I have been listening to Leo Laporte’s This Week in Tech Podcast since it was called Revenge of the Screensavers. It’s just Leo and his friends talking about hot topics related to the tech industry. It comes out every Monday.

His network has produced a number of other shows which have become staples for me. There’s MacBreak Weekly which comes out in Wednesday’s. There’s This Week in Google which comes out on Thursday’s.

Throughout the years I’ve tried a number of other podcasts. Now I’m also listening to the Product Hunt podcast, Alton Brown Cast, and Andreessen Horowitz podcast.

Do you listen to podcasts? If so which?

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Tips for Flying/Traveling with a Baby

So my wife and I just took a trip to Washington, DC for the week and we took our 3 month old, Miles, with us. It was definitely a daunting notion to travel with a baby but it ended up working out really well. Thought I’d share some of my tips & observations.

  • Give yourself extra time.  Get to the airport an extra hour before you usually would.
  • We got a structured baby carrier and used that to carry the baby through security and on to the airplane.  It worked really well.
  • If you can time feedings, time it so the baby is going to sleep for as much of the flight as possible.
  • If the kid is going to be awake, feed him or put a binky in his mouth during take off and landing to prevent ear popping.
  • Much like a roll away bed, lots of hotels will provide you with a crib for your room.
  • Unlike at home, the crib and the bed were in the same room at the hotel. So we used white noise to help give is cover as we moved about a room.
  • When putting a car seat for the kid into the rental car, it felt more secure to lock it in with a seat belt than the actual car seat base. So bringing the car seat base wasn’t an issue.

What tips would you give?

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What is Community and How Do I Build One?

A really common job title that you’re starting to see crop up in corporate America is “community manager.” Marketing departments are striving to build “community.” But… what do they mean by community? Can companies have one? How do you get one? Can you buy one? What‘s the value of a community?

What is a community?

A community is a group of people that have come together for a common cause or purpose. They’re united in wanting to accomplish something. They support eachother in doing that one thing.

For example, you likely have a neighborhood association. This is a community of people that want to maintain your neighborhood as a great place to live. They’ll schedule meetings, hold events, and raise money to that end.

As a new dad, I’ve been looking into a lot of dad groups. These are amazing communities where dad’s can give advice, help, and support eachother as they walk through this new chapter of their lives. (Coincidentally, this is a market opportunity. There doesn’t seem to be disapproprinate amount of new mom stuff vs new dad stuff.)

Can corporations & products have communities?

Yes and no.

No in the sense that a community doesn’t just form of people that are passionate about a product. People don’t care about what a product is. People care about what a product does for them and how it enhances their life. Thus in the same manner, as we talked about earlier, communities form around a common vision, purpose, or goal.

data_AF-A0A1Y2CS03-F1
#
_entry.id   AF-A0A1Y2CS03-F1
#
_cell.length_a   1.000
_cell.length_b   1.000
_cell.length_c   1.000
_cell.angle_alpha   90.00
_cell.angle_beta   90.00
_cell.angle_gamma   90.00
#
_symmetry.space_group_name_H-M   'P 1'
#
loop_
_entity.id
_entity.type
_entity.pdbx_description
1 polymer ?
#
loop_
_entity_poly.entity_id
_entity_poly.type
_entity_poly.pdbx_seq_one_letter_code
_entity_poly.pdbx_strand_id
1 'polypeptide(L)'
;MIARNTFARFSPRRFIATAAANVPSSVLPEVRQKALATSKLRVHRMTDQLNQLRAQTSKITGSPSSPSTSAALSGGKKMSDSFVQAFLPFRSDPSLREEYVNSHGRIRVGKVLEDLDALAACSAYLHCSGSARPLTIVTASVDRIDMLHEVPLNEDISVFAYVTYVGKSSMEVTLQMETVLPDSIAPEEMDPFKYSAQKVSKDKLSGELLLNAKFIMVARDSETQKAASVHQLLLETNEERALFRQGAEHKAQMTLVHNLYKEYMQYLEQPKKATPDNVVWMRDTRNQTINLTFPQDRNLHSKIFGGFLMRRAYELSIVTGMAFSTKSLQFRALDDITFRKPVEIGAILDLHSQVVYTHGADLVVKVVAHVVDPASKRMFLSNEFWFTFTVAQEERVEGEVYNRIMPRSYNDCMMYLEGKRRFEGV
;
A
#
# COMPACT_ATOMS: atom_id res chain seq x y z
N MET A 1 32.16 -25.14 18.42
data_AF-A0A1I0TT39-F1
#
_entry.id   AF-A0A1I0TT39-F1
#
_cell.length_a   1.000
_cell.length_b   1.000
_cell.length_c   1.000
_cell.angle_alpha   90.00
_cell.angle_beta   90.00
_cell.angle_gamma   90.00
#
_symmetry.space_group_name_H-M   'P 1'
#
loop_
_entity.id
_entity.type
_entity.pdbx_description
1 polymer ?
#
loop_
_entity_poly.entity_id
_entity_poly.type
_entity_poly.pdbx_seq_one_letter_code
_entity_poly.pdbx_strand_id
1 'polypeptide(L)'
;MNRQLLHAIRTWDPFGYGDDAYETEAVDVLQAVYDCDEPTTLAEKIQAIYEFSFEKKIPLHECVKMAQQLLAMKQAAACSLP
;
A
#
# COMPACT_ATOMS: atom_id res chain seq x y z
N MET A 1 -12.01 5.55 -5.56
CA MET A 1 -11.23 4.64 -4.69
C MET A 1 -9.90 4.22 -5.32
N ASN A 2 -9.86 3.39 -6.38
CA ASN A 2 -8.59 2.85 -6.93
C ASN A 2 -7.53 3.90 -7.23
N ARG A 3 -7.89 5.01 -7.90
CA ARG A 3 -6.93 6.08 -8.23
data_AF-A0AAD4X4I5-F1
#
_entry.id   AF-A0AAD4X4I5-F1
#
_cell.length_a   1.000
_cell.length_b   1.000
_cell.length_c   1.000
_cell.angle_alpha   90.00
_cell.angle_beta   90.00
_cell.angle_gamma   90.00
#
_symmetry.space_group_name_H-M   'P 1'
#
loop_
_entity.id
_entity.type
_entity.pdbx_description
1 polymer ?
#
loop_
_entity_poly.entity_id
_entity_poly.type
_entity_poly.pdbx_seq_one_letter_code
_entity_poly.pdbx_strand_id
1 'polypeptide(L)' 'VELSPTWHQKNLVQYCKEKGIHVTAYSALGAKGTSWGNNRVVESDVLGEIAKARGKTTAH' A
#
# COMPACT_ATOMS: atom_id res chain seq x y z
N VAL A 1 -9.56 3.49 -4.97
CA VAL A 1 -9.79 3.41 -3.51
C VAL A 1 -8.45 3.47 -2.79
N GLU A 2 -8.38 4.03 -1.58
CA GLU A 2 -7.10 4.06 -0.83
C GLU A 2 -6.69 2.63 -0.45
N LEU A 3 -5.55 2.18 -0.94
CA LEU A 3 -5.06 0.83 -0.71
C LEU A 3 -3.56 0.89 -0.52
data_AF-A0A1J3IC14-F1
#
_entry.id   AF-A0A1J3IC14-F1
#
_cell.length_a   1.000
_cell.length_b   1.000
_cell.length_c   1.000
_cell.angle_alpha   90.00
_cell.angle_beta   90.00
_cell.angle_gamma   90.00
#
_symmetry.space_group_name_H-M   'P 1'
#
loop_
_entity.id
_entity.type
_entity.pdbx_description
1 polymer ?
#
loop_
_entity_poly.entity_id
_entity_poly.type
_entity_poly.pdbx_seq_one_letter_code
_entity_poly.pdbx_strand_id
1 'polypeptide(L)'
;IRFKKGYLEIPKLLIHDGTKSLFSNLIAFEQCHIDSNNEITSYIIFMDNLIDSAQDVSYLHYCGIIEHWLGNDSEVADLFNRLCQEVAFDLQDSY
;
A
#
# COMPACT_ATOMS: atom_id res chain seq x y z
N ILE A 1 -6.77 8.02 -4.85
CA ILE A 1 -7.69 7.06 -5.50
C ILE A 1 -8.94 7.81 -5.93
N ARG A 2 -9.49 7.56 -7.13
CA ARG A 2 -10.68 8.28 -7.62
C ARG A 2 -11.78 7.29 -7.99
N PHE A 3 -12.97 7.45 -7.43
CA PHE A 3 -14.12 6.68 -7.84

Apple is famous for not marketing the specifications for their computers, tablets, and phones(like their competitors do) but showing people using Apple products doing the things that they’re passionate about. Apple users are part of the greater creative class. They’re tinkerers. You see this manifest itself in the most concentrated sense in things like Apple User Groups.

WordPress is the blog/content management platform produced by the team at Automattic. It’s powers a good portion of the internet. They have user conferences across the globe called WordCamps. At these conferences, WordPress user get together to discuss the latest innovations within the platform and its extensions.

But I contend that WordPress community isn’t really about WordPress. It’s a community of users that contribute to a product that gives users a platform for more effortless self-expression. This higher purpose is what captivates people around the world to be part of the WordPress community.

Yours Probably Already Exists.

So, now you’re thinking… I gotta go build a community for the higher purpose that my product wants to advance. HOLD UP! Chances are the ideal community for your company already exists.

I was doing a mentoring for a company in Northern California that distributed children’s books via tablet devices. Their ideal audience is moms. There are so many mom groups, mom blogs, mom forums. There are so many communities of moms supporting other moms in every city in the world, it’s hard to know where to start. I told the company founder about a story time that happened at an independent bookstore that wasn’t far from their office.

An incredible resource for finding offline communities where they exist already is Meetup.com. The site is a platform for groups or communities of a common goal to come together, communicate, plan, and meet with one another. It’s become very successful and thus Meetup.com has an incredible directory of communities that already exist across the globe.

Why Does My Company Need To Belong To A Community?

By being the chief user of your product and being part of a community, you get to meet and interact with real people that are facing the problems that your product is solving. By being an expert in how to solve the problem, it positions you as a leader. It’ll help you to identify potential customers which will lead to more signups and sales.

What does your product do? What communities are you apart of?